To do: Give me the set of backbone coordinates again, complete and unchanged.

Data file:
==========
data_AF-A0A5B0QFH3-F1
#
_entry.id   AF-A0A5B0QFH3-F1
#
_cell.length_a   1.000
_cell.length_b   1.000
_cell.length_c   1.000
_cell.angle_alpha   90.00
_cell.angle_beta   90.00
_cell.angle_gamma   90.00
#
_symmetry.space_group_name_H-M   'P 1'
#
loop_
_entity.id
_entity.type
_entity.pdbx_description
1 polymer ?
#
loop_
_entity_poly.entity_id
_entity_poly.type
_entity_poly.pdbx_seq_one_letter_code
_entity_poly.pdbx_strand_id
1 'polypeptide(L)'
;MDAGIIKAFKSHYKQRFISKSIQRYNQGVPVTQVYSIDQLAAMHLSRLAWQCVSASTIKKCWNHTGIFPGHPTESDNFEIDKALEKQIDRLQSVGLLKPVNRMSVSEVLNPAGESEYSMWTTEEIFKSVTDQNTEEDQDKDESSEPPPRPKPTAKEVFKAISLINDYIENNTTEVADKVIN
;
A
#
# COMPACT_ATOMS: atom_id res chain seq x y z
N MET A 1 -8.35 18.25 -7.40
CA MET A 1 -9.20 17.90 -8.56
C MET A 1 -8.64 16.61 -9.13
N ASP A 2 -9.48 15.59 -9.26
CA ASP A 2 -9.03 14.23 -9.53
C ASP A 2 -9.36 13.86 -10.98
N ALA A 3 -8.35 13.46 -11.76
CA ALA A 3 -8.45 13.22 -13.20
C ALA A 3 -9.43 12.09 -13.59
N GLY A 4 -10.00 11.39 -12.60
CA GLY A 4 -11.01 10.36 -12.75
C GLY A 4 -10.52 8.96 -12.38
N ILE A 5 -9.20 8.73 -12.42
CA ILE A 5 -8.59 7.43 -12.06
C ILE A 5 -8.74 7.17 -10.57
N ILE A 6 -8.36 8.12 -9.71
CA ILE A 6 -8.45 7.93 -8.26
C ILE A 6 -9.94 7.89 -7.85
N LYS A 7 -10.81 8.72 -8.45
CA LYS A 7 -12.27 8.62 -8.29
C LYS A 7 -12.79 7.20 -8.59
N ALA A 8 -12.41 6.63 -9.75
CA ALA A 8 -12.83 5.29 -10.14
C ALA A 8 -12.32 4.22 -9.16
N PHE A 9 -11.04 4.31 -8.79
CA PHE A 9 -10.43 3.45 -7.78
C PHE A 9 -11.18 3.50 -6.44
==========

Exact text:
data_AF-A0A5B0QFH3-F1
#
_entry.id   AF-A0A5B0QFH3-F1
#
_cell.length_a   1.000
_cell.length_b   1.000
_cell.length_c   1.000
_cell.angle_alpha   90.00
_cell.angle_beta   90.00
_cell.angle_gamma   90.00
#
_symmetry.space_group_name_H-M   'P 1'
#
loop_
_entity.id
_entity.type
_entity.pdbx_description
1 polymer ?
#
loop_
_entity_poly.entity_id
_entity_poly.type
_entity_poly.pdbx_seq_one_letter_code
_entity_poly.pdbx_strand_id
1 'polypeptide(L)'
;MDAGIIKAFKSHYKQRFISKSIQRYNQGVPVTQVYSIDQLAAMHLSRLAWQCVSASTIKKCWNHTGIFPGHPTESDNFEIDKALEKQIDRLQSVGLLKPVNRMSVSEVLNPAGESEYSMWTTEEIFKSVTDQNTEEDQDKDESSEPPPRPKPTAKEVFKAISLINDYIENNTTEVADKVIN
;
A
#
# COMPACT_ATOMS: atom_id res chain seq x y z
N MET A 1 -8.35 18.25 -7.40
CA MET A 1 -9.20 17.90 -8.56
C MET A 1 -8.64 16.61 -9.13
N ASP A 2 -9.48 15.59 -9.26
CA ASP A 2 -9.03 14.23 -9.53
C ASP A 2 -9.36 13.86 -10.98
N ALA A 3 -8.35 13.46 -11.76
CA ALA A 3 -8.45 13.22 -13.20
C ALA A 3 -9.43 12.09 -13.59
N GLY A 4 -10.00 11.39 -12.60
CA GLY A 4 -11.01 10.36 -12.75
C GLY A 4 -10.52 8.96 -12.38
N ILE A 5 -9.20 8.73 -12.42
CA ILE A 5 -8.59 7.43 -12.06
C ILE A 5 -8.74 7.17 -10.57
N ILE A 6 -8.36 8.12 -9.71
CA ILE A 6 -8.45 7.93 -8.26
C ILE A 6 -9.94 7.89 -7.85
N LYS A 7 -10.81 8.72 -8.45
CA LYS A 7 -12.27 8.62 -8.29
C LYS A 7 -12.79 7.20 -8.59
N ALA A 8 -12.41 6.63 -9.75
CA ALA A 8 -12.83 5.29 -10.14
C ALA A 8 -12.32 4.22 -9.16
N PHE A 9 -11.04 4.31 -8.79
CA PHE A 9 -10.43 3.45 -7.78
C PHE A 9 -11.18 3.50 -6.44